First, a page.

ExxonMobil to fund training program for Houston chemical industry jobs
ExxonMobil will fund a $500,000 workforce training program to enable Houstons leading community colleges to prepare local residents for jobs in the regional chemical industry, the company said on Friday.
The initiative will build on the success of the nationally-recognized ExxonMobil process technology program at Lee College and will benefit 50,000 students and educators over the next five years, according to ExxonMobil officials.
The company says it has contributed more than $2.6 million over the past 10 years to manufacturing workforce training initiatives across the US Gulf Coast area, impacting more than 15,000 students in the region.
Lee College will work with Houston Community College, Lone Star College, San Jacinto Junior College, Alvin Community College, Wharton County Junior College, Brazosport College, Galveston College and College of the Mainland to train students seeking certification or completion of degree programs for instrumentation, electrical, machinist/millwright, welding, pipefitting and other skills and competencies needed by the industry.
There are also future plans to include area high schools in the program, which will provide training that aligns with skills and competencies defined by industry
, as well as nationally recognized certification programs.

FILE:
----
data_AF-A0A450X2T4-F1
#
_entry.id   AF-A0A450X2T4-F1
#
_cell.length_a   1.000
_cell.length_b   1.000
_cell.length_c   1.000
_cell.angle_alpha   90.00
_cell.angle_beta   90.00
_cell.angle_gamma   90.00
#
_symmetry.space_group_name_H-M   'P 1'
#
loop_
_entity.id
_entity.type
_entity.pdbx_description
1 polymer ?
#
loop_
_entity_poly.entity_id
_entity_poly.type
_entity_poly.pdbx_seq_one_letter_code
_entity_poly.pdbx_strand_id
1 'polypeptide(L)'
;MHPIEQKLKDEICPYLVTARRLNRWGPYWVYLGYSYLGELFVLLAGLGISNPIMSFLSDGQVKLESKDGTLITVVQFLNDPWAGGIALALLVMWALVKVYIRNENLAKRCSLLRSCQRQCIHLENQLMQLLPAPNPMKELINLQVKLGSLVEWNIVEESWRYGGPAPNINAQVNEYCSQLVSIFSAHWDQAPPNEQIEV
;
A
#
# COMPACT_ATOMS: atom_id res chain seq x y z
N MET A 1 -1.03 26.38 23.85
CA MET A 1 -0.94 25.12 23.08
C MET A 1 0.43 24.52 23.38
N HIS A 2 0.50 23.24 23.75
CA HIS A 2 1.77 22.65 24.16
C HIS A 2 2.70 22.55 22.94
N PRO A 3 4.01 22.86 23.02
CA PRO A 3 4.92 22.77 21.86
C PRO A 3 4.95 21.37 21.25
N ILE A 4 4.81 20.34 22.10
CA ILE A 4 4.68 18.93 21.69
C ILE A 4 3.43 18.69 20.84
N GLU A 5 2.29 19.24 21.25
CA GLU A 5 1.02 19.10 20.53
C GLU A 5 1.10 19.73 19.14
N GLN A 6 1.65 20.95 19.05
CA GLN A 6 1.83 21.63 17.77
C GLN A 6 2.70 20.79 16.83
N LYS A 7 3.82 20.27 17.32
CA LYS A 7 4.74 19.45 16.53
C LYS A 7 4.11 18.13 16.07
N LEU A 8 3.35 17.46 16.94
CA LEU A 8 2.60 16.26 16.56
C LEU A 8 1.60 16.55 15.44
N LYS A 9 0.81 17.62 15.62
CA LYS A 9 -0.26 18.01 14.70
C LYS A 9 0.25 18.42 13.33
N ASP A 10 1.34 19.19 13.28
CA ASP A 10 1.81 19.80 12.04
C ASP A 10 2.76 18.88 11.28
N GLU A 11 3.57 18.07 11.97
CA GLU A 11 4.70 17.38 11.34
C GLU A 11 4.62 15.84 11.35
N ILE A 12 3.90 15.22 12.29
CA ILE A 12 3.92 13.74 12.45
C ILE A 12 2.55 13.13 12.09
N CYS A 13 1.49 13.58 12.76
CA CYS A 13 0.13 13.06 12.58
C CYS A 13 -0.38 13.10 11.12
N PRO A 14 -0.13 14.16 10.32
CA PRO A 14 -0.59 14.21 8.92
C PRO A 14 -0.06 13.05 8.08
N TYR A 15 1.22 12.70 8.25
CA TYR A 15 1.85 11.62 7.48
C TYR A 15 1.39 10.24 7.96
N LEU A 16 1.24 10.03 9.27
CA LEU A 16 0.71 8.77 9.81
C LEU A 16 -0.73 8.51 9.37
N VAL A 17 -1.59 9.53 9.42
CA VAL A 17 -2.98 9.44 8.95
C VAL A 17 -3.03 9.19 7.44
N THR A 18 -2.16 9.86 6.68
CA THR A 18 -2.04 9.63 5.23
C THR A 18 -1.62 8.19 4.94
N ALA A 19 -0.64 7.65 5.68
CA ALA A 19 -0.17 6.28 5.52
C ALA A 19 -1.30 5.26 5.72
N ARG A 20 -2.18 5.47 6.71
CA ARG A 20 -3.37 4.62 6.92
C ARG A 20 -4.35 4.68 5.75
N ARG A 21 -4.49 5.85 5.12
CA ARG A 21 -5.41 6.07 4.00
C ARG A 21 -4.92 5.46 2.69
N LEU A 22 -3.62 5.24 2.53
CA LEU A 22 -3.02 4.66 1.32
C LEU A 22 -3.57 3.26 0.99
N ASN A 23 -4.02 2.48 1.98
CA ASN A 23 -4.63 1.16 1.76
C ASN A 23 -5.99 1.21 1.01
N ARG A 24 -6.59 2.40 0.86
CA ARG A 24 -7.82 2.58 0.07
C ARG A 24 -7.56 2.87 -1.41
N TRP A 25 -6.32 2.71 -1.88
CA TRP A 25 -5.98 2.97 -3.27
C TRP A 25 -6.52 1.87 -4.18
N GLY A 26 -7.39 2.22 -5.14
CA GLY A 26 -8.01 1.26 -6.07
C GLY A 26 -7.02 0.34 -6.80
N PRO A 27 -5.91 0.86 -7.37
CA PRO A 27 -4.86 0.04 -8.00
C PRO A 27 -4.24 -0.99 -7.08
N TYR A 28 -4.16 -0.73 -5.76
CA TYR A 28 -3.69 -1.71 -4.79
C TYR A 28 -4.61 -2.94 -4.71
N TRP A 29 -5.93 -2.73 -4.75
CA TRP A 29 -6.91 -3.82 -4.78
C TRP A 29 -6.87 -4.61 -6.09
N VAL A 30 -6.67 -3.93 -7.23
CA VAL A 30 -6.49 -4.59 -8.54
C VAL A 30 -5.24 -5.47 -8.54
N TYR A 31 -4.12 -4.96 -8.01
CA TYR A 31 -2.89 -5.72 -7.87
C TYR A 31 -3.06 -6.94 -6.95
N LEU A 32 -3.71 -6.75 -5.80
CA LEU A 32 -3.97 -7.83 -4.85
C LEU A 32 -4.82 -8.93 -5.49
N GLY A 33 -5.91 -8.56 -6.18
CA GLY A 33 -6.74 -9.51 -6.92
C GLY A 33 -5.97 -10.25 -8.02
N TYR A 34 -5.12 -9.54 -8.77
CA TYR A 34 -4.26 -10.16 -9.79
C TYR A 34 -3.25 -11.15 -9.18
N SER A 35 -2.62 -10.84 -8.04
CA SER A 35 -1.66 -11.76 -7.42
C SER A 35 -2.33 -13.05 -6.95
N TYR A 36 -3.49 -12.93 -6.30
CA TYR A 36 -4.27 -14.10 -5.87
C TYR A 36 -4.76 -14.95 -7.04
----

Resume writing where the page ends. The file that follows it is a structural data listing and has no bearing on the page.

The chemical industry
supports 73,000 high-paying Texas manufacturing jobs and will add more under announced expansion plans by industry, including ExxonMobil, said Steve Pryor, president of ExxonMobil Chemical.
Our industry has made Texas the top chemical producing state in the nation, driven in large part by abundant and affordable supplies of natural gas for energy and feedstock. We contribute to a strong economy for Houston and the state.
ExxonMobil is awaiting construction
permits to progress plans for its major petrochemical expansion in Baytown. The multi-billion dollar project
would include a new ethane cracker and premium product facilities at ExxonMobils integrated complex and capitalize on abundant supplies of American natural gas.
If developed, the project
is estimated to create about 10,000 construction
jobs and 350 permanent jobs would be added to the companys workforce of more than 6,000 in the Baytown area. The estimated multiplier effect would create another 3,800 jobs in the local community.
At the announcement Friday at the Greater Houston Partnership, state Sen. Rodney Ellis said the proposed petrochemical expansions will require highly skilled workers.
The jobs that will become available in our area over the next decade represent a life-changing opportunity for many in our community, said Ellis. With the average annual salary in the Texas chemical industry
at $86,000, this landmark partnership among our schools, business community and ExxonMobil can help make the dream of economic independence come true for a lot of families.
The Lee College Center for Workforce and Community Development will implement the program to educate qualified students to meet the industry's current and future workforce needs. Marketing and recruiting to technical programs that support petrochemical workforce needs will increase, including targeting military veterans through existing programs at these community colleges.
Prospective students can enroll at the campus of their choice for classroom instruction, dual-credit courses, internships, certificate programs and two-year degrees. More information is available at www.HoustonNaturalGas.com
From the Archive